Amazon Shares Bounce After Bernstein Upgrade to 'Outperform' - TheStreet

Amazon Shares Bounce Higher After Bernstein Upgrade to 'Outperform'

Bernstein analyst Mark Shmulik argues that U.S. digital commerce trends has 'permanently inflected' from the coronavirus pandemic and that Amazon will continue to increase its online market share even as consumers return to physical stores.
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Amazon Inc.  (AMZN) - Get Report shares jumped higher Tuesday after analysts boosted their rating on the world's biggest online retailer amid the ongoing expansion of its logistics network. 

Bernstein analyst Mark Shmulik lifted his rating on Amazon to 'outperform' from 'market perform', arguing the group will continue to increase its dominant position in online commerce -- it has a 20% hold on U.S. online sales at present -- even as consumers return to physical stores in the autumn months, thanks in part to its investments in one-day shipping and its growth in the food and grocery market. 

Cloud computing and advertising, the second and third of the group's three major revenue pools, were also citied as positives for near-term performance.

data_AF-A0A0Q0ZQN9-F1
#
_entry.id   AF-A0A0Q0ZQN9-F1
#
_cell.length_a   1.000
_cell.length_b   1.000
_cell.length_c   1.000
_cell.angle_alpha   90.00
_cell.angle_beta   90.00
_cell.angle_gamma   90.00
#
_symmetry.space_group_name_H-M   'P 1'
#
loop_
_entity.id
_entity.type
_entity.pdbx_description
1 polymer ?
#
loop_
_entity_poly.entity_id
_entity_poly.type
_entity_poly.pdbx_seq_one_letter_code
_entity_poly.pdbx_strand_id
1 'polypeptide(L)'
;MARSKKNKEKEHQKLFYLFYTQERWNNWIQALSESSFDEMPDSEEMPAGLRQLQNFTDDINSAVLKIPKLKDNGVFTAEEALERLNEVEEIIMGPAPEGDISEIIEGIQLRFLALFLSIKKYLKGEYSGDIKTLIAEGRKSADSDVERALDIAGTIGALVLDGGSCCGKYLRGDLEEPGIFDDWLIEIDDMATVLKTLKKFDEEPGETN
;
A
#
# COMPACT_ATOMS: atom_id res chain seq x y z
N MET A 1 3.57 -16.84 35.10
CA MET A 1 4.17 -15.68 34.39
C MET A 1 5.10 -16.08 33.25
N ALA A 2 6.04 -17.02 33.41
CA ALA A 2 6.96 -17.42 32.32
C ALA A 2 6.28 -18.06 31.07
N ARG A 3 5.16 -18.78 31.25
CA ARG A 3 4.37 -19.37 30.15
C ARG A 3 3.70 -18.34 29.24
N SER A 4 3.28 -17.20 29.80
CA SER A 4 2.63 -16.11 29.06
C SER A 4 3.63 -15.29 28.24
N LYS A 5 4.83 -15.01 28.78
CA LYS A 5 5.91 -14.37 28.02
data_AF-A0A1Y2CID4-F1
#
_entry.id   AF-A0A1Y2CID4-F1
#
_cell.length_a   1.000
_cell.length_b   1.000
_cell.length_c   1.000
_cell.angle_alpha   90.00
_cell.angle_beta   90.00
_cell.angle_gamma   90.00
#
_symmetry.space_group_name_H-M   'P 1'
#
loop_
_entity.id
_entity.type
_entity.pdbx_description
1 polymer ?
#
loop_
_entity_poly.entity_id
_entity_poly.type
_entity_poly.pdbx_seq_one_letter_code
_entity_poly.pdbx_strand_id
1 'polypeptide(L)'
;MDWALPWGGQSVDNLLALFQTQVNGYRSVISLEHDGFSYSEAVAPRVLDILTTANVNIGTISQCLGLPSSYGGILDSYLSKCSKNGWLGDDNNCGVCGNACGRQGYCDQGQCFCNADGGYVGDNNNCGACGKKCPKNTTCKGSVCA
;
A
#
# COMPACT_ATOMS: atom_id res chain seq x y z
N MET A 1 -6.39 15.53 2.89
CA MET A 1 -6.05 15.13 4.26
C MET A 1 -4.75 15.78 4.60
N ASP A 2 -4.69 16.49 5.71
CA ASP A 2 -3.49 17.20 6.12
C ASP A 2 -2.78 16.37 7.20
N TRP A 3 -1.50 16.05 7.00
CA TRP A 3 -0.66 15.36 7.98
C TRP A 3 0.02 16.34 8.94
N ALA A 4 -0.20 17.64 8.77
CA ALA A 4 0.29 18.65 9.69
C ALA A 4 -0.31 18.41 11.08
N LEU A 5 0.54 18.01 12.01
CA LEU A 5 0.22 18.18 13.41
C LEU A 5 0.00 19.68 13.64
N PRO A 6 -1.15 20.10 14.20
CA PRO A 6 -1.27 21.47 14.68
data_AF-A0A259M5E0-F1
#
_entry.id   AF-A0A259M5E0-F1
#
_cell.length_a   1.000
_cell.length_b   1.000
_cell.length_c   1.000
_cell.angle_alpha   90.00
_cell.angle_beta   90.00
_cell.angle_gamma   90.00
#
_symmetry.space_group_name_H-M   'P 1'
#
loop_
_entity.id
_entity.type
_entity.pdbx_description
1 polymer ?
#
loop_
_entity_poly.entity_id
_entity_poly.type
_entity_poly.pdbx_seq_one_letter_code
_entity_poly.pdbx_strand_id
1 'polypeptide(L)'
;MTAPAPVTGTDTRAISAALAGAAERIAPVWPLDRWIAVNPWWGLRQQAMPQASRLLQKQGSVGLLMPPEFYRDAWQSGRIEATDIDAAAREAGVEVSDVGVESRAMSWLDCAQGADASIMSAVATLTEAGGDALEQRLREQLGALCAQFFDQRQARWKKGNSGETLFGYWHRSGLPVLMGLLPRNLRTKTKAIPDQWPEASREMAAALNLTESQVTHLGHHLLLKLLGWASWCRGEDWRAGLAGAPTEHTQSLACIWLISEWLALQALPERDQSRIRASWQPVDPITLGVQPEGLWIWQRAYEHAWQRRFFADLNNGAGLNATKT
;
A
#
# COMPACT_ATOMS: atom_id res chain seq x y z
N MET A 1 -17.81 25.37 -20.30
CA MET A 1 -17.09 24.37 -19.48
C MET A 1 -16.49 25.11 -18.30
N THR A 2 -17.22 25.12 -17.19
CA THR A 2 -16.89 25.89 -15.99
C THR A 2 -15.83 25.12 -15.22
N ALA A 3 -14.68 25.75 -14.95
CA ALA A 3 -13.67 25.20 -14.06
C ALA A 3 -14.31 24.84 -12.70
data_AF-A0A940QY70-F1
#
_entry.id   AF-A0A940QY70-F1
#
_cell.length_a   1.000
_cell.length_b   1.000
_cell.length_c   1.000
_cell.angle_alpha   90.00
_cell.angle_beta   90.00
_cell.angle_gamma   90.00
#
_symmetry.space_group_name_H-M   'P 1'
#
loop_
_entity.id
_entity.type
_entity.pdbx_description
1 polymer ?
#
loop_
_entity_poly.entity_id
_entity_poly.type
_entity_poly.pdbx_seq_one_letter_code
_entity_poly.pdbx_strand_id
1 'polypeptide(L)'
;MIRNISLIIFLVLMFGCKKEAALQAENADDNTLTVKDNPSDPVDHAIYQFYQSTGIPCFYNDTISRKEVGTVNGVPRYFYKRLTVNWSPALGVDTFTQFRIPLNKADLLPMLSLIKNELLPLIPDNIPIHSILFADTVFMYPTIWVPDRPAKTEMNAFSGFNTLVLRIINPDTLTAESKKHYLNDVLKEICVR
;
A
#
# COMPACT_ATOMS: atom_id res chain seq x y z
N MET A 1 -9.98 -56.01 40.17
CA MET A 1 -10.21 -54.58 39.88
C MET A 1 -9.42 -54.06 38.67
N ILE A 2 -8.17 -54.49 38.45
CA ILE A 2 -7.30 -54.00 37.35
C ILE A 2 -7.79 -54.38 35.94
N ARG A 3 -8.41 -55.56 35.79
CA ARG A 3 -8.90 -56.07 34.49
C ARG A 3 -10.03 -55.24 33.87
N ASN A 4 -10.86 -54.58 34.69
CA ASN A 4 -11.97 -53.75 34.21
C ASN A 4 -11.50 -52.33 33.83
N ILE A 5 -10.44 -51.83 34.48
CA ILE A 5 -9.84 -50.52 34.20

Digital commerce has “permanently inflected”, Shmulik said, while the pandemic has "pulled forward secular trends, from e-commerce to digital advertising and Cloud, with Amazon as a primary beneficiary across all three revenue pools."

Amazon shares were marked 3% higher in early trading Tuesday to change hands at $3,045.00 each, extending their six-month gain to around 60% and giving the Seattle, Washington-based tech giant a market value of around $1.53 trillion. 

Earlier this month, Amazon said it will expand the square footage its devotes to its global distribution network by around 50% this year, or 130 million square feet, a figure that nearly matches the combined expansion of the past three years.

Amazon posted record second quarter profits in late July, on sales of nearly $90 billion, even as COVID-related costs jumped to $4 billion, including cleaning supplies and protective gear for its drivers and warehouse workers, and $700 million more linked to wage increases. 

Amazon is also looking to hire another 250,000 worldwide employees to handle the surge in online demand triggered by coronavirus lockdowns.